A version of this article appears in The New York Daily News, Thursday, April 16, 2009.
The UN’s idea of an anti-racism conference entered the final stretch today with the planning committee deciding Iran ought to preside as a Vice-Chair, Libya will serve as the Chair of the “Main Committee” running the conference and Cuba will be the Rapporteur. All three human rights paragons will assume their new duties on the first day of “Durban II” set for Monday, April 20th.
Although the flowers are blooming by Lake Geneva, these Durban II preparations are best described as a massive snow job. The UN had set aside three days this week to hammer out a final document to be adopted formally at the conference itself. But Libyan Chair Najat Al-Hajjaji adjourned the meeting half an hour after it began – despite the fact that half of the 142-paragraph draft manifesto has not yet been agreed.
Al-Hajjaji is serving as the front for the Organization of the Islamic Conference (OIC) . Her not-so-hidden agenda is shared by the Secretary-General of Durban II, UN High Commissioner Navi Pillay. For Pillay, a native of Durban, South Africa, the Durban Declaration’s stature is of biblical proportion. Sitting at the podium side-by-side, Al-Hajjaji and Pillay’s strategy became painfully obvious to the hundreds of assembled diplomats and NGO representatives who thought they had came to talk about combating racism.
Their maneuver had two main elements. First, run out the clock. By adjourning rapidly, and probably for most of the next two days, the conference will be bound to start on Monday with the European Union at the table and the threat of a democratic pull-out gone. All UN diplomats are well aware of the fact that the EU will agree to just about anything when faced with the spectacle of a “failed” UN conference. EU members don’t have the numbers to prevail at the UN if a vote is called and therefore feign consensus instead of appearing to be “losers” to the folks back home. They are also fond of the UN as a means to outweigh the United States 27-1. And EU states wilt at the prospect of being labeled former colonial racists (by racists from the developing world.)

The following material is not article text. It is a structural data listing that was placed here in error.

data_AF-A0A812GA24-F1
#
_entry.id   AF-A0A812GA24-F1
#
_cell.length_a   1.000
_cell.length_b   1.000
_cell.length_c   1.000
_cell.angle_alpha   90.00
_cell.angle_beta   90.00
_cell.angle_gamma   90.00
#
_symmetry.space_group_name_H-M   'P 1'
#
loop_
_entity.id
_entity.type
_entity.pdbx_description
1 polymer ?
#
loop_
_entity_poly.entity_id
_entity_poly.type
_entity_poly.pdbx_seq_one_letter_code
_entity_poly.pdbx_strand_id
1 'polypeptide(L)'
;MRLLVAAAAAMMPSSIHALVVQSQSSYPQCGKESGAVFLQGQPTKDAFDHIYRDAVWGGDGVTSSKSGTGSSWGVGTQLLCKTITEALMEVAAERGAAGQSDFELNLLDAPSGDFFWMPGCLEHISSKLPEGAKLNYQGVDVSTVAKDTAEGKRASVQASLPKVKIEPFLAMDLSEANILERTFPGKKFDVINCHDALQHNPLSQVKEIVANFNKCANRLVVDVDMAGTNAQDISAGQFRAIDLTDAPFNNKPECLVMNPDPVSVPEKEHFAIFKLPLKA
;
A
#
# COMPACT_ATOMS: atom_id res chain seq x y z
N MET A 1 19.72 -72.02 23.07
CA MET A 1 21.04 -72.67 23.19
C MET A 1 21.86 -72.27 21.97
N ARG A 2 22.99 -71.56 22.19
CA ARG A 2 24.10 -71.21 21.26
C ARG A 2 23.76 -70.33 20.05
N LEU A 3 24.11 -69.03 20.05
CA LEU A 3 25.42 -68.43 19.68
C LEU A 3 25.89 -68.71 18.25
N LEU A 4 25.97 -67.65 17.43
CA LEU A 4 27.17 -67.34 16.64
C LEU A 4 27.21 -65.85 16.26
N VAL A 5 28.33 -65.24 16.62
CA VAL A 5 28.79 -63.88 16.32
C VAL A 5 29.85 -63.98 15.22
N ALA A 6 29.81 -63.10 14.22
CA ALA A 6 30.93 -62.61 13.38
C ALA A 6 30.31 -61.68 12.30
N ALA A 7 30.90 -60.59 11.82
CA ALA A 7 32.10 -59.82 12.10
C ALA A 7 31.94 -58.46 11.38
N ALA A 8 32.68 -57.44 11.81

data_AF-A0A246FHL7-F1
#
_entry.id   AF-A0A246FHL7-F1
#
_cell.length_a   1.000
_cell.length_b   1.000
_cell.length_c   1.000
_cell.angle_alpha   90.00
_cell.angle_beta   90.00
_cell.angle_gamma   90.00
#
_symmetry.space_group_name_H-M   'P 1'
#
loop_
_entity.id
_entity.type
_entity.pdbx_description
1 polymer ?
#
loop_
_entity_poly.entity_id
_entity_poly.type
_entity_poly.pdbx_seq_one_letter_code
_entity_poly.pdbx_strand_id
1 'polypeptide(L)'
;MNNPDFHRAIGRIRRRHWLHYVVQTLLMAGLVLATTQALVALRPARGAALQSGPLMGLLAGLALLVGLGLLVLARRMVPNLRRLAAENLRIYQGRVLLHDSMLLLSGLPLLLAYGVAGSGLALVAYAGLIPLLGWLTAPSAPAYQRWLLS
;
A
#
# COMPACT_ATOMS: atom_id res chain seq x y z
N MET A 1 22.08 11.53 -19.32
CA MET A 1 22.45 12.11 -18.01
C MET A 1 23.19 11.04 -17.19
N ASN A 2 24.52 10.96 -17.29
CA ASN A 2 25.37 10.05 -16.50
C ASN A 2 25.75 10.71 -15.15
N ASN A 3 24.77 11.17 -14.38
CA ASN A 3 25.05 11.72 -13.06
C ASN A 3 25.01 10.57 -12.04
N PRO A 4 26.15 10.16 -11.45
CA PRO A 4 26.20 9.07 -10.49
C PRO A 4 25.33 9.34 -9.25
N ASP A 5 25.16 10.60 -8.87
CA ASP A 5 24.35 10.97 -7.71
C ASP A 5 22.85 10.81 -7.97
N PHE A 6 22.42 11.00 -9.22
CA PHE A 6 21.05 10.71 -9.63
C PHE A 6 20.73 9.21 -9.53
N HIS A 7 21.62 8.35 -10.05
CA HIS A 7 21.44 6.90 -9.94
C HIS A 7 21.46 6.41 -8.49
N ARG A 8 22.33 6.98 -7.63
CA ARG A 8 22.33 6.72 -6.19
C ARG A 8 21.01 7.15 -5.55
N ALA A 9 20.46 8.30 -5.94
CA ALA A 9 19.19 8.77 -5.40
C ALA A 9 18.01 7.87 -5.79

The second Al-Hajjaji-Pillay/OIC-UN move is to keep all disagreements behind closed doors as long as possible. This way, the damage done to combating racism in the backroom negotiations will be in the form of indecipherable ambiguous UN-eze by the time it is a done deal.
When Al-Hajjaji clocked out 30 minutes after showing up for work, she asked delegates to pick up a new draft of the “Durban II Outcome Document” on their way out the door. Little wonder she wanted no opportunity for public discussion. Here is what can be found in the latest draft of the UN’s new “anti-racism” bible:
Silencing public commentary on the abomination was not the only thing the OIC-UN nexus accomplished in the space of thirty minutes. Also quickly gaveled without comment was approval of 81 NGOs to participate in Durban II. Included among these illustrious “human rights” partners:
Other countries that might stay out, together with Canada and Israel, include Australia, Italy and the Netherlands. Australia has had a wet-finger in the wind for months. Italy is not participating at the moment and doesn’t have any reason to go back with this latest travesty. And Dutch efforts to improve the outcome document have been treated with disdain. Still the Germans and French are pressing hard for a show of EU solidarity – the merits of Durban II and all those faux-“red-lines” they once espoused be damned.
On Monday, April 20th, the anniversary of Hitler’s birth, an Iranian will be elected as a Vice-chair of a global “anti-racism” conference. In the afternoon of opening day, a genocidal Holocaust denier – Iranian President Mahmoud Ahmadinejad – will address a UN conference “against” racism. The European Union will sit and listen to an antisemite give a lecture about combating intolerance. And in the end most UN states will adopt a document incompatible with the UN’s foundational principle of the equality of all men and women and nations large and small.
A good day for UN-based antisemites. A bad day for those who care about human rights.